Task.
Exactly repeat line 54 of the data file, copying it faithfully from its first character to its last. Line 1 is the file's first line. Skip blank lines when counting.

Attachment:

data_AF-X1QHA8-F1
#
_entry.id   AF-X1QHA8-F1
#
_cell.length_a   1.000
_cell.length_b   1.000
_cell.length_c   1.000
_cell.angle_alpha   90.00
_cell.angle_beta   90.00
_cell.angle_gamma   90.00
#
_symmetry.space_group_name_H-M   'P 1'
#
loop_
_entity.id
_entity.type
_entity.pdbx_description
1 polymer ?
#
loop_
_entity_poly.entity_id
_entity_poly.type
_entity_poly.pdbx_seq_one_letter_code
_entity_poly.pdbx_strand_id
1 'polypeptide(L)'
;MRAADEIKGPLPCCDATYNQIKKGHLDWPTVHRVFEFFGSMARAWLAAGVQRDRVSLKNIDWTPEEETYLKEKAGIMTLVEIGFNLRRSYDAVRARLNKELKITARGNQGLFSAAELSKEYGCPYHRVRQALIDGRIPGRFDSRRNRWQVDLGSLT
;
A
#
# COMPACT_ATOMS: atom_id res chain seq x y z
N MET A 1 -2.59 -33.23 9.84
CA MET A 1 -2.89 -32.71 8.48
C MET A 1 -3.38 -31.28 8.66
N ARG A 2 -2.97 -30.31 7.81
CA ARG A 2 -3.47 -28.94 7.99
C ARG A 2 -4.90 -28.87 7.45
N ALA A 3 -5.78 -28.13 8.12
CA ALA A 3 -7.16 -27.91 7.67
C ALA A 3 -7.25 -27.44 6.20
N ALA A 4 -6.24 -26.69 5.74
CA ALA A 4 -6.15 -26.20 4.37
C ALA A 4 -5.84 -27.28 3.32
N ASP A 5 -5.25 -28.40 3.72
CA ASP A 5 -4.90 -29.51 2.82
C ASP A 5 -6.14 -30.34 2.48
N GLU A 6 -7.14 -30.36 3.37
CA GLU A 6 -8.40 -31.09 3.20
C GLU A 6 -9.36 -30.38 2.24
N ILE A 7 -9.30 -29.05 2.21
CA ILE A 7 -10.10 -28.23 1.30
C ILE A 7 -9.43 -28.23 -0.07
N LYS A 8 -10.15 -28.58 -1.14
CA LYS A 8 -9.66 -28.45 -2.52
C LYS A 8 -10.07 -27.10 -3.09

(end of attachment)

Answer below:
C LYS A 8 -10.07 -27.10 -3.09